It should be noted that changes in weights do not necessarily reflect changes in consumption patterns. For example, if the price of one product increased and nothing else changed, the weight for that product would increase (because expenditure on that product increased). Correspondingly, the weights for all other products would fall because the expenditure on those products would be a relatively smaller proportion of overall expenditure even though there had been no change in either their prices or their consumption. 

Discretionary food items account for over half of consumers' spending on food and beverages in all periods, whilst Fruit and Vegetables account for around 15%. The ADGPI weighting patterns differ from equivalent categories in the CPI Food and non-alcoholic beverages group due to the re-classification of products.

ADGPI food group weights
 2003 (%)2023 (%)
Grains & cereals7.65.9
Milk & alt.6.55.1
Meats & alt.11.411.9
Oils and fats1.21.6


Prices increased in every ADG food group from 2003 to 2023. Oils and fats showed the largest increase from 2013-23 (+57.3%), while Grains and cereals (+18.9%) showed the smallest. 

The increase in Oils and fats was impacted by higher olive oil prices, along with higher butter prices due to low production volumes and high input costs for milk in 2022 and 2023. High milk prices also impacted Milk and alternatives, which had stronger price change between 2013-23 (+35.4%) compared to 2003-13 (+21.6%).

Meats and alternatives increased 42.2% from 2013-23, more than double the increase from 2003-13 (+16.7%), driven by increases across all meat products, particularly Beef and veal.

Average annual growth over 2013-23 was higher than 2003-13 for three of the seven ADG food groups. Meats and alternatives had the largest difference between the two decades, growing at 3.6% on average each year between 2013-23 versus 1.6% in the 2003-13 period.

Looking at the most recent period, 2021-23 saw high inflation and input costs impacting food prices. Particularly seen in Oils and fats, Milk and alternatives and Grains and cereals. However, the impact of high inflation and inputs costs has softened, leading to annual growth easing in 2023.


Appendix 1

Examples of products included in the ADG food groups
ADG food groupExamples of products included
Grains & cereals
  • Bread
  • Breakfast cereals
  • Pasta
  • Rice
  • Fresh vegetables
  • Frozen vegetables
  • Canned vegetables
  • Fresh fruit
  • Dried fruit
  • Canned fruit
Milk & alt.
  • Milk
  • Cheese
Meats & alt.
  • Beef
  • Eggs
  • Veal
  • Lamb
  • Poultry
  • Fresh fish
  • Alcohol
  • Biscuits
  • Cakes
  • Chocolates
  • Gum
  • Honey
  • Ice-cream
  • Jams
  • Lollies
  • Potato chips
  • Processed meats
  • Salt
  • Sauces and condiments
  • Soft drinks
  • Sugar
  • Water based ice confectionery
Oils & fats
  • Margarine
  • Other vegetable oils


Appendix 2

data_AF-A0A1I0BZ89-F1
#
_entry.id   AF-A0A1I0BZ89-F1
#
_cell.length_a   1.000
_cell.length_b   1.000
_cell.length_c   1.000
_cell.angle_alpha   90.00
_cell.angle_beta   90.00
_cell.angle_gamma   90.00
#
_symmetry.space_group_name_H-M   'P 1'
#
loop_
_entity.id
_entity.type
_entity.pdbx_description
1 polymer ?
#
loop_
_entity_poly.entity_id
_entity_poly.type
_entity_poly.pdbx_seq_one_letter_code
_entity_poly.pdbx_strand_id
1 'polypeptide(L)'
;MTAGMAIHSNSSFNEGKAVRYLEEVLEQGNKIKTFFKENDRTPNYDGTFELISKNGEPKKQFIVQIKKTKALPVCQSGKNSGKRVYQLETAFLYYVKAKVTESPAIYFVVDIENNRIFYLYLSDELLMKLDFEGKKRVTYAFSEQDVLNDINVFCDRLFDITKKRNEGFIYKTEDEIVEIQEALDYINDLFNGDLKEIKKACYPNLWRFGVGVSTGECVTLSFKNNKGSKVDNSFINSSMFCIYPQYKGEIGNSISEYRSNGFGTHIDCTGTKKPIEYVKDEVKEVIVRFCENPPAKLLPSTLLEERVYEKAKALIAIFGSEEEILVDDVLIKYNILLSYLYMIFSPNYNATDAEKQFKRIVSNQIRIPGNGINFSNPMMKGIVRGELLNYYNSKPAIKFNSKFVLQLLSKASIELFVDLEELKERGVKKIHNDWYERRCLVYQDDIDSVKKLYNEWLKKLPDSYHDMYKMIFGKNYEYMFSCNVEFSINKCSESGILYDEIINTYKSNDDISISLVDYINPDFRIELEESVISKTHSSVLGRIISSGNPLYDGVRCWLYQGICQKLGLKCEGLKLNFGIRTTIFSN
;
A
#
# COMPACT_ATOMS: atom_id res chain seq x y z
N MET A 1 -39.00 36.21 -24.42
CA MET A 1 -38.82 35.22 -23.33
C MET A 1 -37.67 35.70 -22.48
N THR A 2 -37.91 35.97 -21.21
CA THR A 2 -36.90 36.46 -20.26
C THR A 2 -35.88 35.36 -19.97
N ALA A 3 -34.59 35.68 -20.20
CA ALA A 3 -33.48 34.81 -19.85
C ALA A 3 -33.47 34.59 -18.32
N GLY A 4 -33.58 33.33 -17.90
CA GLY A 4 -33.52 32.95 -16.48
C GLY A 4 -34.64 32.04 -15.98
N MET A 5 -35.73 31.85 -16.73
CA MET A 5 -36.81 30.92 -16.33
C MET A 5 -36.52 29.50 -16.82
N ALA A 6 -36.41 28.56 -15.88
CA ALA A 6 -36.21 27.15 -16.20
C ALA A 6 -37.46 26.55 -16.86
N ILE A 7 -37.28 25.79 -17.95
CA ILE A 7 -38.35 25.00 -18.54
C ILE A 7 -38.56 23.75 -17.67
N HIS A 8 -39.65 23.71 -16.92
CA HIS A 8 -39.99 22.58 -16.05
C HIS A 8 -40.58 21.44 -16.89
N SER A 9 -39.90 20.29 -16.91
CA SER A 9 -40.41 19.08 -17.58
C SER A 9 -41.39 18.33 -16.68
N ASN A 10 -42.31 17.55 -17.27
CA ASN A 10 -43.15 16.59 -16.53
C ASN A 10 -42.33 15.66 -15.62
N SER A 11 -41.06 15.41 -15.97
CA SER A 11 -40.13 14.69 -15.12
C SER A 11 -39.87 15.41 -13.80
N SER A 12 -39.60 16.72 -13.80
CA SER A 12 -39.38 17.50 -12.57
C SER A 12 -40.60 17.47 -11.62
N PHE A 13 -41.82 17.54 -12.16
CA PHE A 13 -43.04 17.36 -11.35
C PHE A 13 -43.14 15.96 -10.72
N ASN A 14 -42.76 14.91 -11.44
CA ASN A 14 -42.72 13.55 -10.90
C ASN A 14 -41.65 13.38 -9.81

Selected CPI average annual rates of price change, from the CPI publication.

Selected CPI Average Annual Rates of Price Change
 2003-13 (%)2013-23 (%)2021-23 (%)
Food and non-alcoholic beverages group2.92.66.6
Bread and cereal products sub-group2.61.99.1
Cakes and biscuits
Breakfast cereals1.61.29.3
Other cereal products
Meat and seafoods sub-group1.93.44.7
Beef and veal1.15.63.6
Lamb and goat2.13.9-0.5
Other meats2.74.26.3
Fish and other seafood2.42.66.7
Dairy and related products sub-group2.02.710.3
Ice cream and other dairy products1.82.09.3
Fruit and vegetables sub-group3.22.84.6
Food Products n.e.c sub-group2.61.98.4
Jams, honey and spreads1.91.75.0
Food additives and condiments2.21.47.6
Oils and fats3.44.614.2
Snacks and confectionery3.01.67.6
Other food products n.e.c.
Non-alcoholic beverages sub-group3.41.97.7
Coffee, tea and cocoa2.01.07.7
Waters, soft drinks and juices3.72.27.7
Meals out and take away foods sub-group3.42.76.0
Restaurant meals3.12.65.6
Take away and fast foods3.62.96.7
Alcohol and tobacco group4.66.04.1
Alcoholic beverages sub-group3.12.13.6

Appendix 3

Restaurant meals and Take away and fast foods could not be included in the overall ADGPI analysis because many meals are combinations of multiple ADG food groups. For example, the ingredients for a ham and pineapple pizza can include bread, tomato paste, pineapple, cheese, ham, sauce, and oil. In other words, just one pizza can have elements of every ADG group. Thus, analysing price change in Restaurant meals and Take away and fast foods within an ADG framework is impractical. Although Restaurant meals and Take away and fast foods are not applicable to the ADG food groups, they represent a significant portion of consumers' spending on food and beverages. If they were included in the ADGPI weights comparison, they would make up approximately 30% of the total. As such, they warrant an individual analysis. 

Expenditure on Restaurant meals made up a significantly larger proportion of overall food expenditure in 2023 than it did in 2003.

ADGPI Food Group Weights (including prepared meals)
 2003 (%)2023 (%)
Grains & cereals5.84.0
Milk & alt.5.03.5
Meats & alt.8.78.1
Oils and fats1.01.1
CPI Restaurants9.518.5
CPI Takeaway13.713.5



Prices in Restaurant meals and Take away and fast foods have grown at a similar rate to CPI. 

Average Annual Rates of Price Change (including prepared meals)
 2003-13 (%)2013-23 (%)2021-23 (%)
Grains & cereals2.61.710.0
Milk & alt.
Meats & alt.
Oils and fats3.44.614.2
CPI Food group2.92.66.6
CPI Restaurants3.12.65.6
CPI Take away3.62.96.7


Data downloads

Australian Dietary Guidelines Price Indexes